Brandy Cross stitchingWe rose bright and early to catch the Inter City Express train to Basel, Switzerland. We were a bit concerned because our train passes don’t allow us to leave Germany, but it turns out that the Deutsche Bahn (German Train System) operated the tracks in Basel, and thus the Basel station is technically still German. Are you confused? We were. πŸ™‚ Brandy spent the trip cross stiching some bears (check left) and I mostly just watched the scenery roll by. Have a look at the guy behind Brandy. I think he was a spy. He looks very nervous. πŸ˜‰

Durand picked us up at the station, and the pouring rain kept us from exploring Basel, so we headed straight for Kandern. There we got to look at the Black Forest Academy where the kids will be attending school. They have both a Junior High and High School as well as a separate elementary school in a different village. Here’s a picture of the elementary school:
BFA Elementary
We didn’t really get to look around but we’ll be doing that tomorrow. Kandern is a lovely little tourist town. Here’s a picture of one of the two main streets:
Downtown Kandern
Finally we went grocery shopping. Durand thought it would be good for us to get a fairly complete picture, so we started by going to the small Mom and Pop type discount store where they do most of their shopping — the selection is very poor but the prices are great — and then went to the main supermarket. The selection there was impressive, they even had a little corner for things imported from America, but the prices were sky high. One begins to understand very quickly why Durand does all his shopping at the discount place, despite the poor selection. You might not be able to plan the meal you want, but you’ll be able to plan a meal.

Tonight we’re having dinner at Durand’s house and then having dessert with a few other GEM missionaries. It will be a very small rememberance for the forth of July. We hope everyone stateside has a wonderful and safe celebration. God Bless!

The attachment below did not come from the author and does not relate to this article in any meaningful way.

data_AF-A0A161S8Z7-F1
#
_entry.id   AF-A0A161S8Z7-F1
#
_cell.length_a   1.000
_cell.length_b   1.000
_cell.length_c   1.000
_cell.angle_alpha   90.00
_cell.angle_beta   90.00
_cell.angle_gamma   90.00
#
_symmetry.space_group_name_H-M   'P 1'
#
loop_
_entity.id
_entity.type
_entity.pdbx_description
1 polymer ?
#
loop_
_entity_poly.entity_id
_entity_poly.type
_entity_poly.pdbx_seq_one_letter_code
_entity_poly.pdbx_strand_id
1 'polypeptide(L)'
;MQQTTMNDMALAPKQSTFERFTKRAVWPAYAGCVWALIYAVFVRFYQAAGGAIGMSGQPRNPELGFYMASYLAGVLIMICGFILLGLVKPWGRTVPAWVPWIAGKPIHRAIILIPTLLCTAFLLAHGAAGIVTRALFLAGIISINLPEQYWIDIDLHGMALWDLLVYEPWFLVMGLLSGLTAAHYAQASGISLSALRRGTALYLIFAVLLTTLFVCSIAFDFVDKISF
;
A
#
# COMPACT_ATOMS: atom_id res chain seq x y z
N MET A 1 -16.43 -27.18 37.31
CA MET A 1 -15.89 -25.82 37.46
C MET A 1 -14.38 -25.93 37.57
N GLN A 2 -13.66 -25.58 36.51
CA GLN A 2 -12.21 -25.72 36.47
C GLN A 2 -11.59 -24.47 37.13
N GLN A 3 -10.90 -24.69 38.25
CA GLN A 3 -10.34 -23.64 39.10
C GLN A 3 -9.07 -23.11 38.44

Name that movie…

Rear Window

Can you name the movie this picture is from? The answer is no, because it isn’t from a movie, but if you guessed Alfred Hitchcock’s Rear Window, your brain must work a little like mine. This is the view from Jason and Sue’s deck here in Cologne, and its pretty spectacular. They even have their own set of colorful neighbors making appearances in the varied windows across the street. I wanted to take a moment and show you what we’ve been looking a the last week, as we prepare for our departure. The truth is, the people out that window would fit just as confortably across the street from you in the states, as they would in Alfred Hitchcock’s movie. (And to the best of my knowledge their all law abiding, friendly people, so it would have been a very short film here). That, I think has struck me more than anything else I’ve seen here this week. The German people may speak a different language, have different traditions and holidays, and different rules of ettiquitte, but it doesn’t take 2 minutes to see past all that, to people not very different from the people in the U.S. The only difference that matters is that in the U. S. there are at least four churches right by my house where I can go and hear the Gospel. Here, I could live in a community of 20,000 , walk past a church everyday, and never get near the Gospel.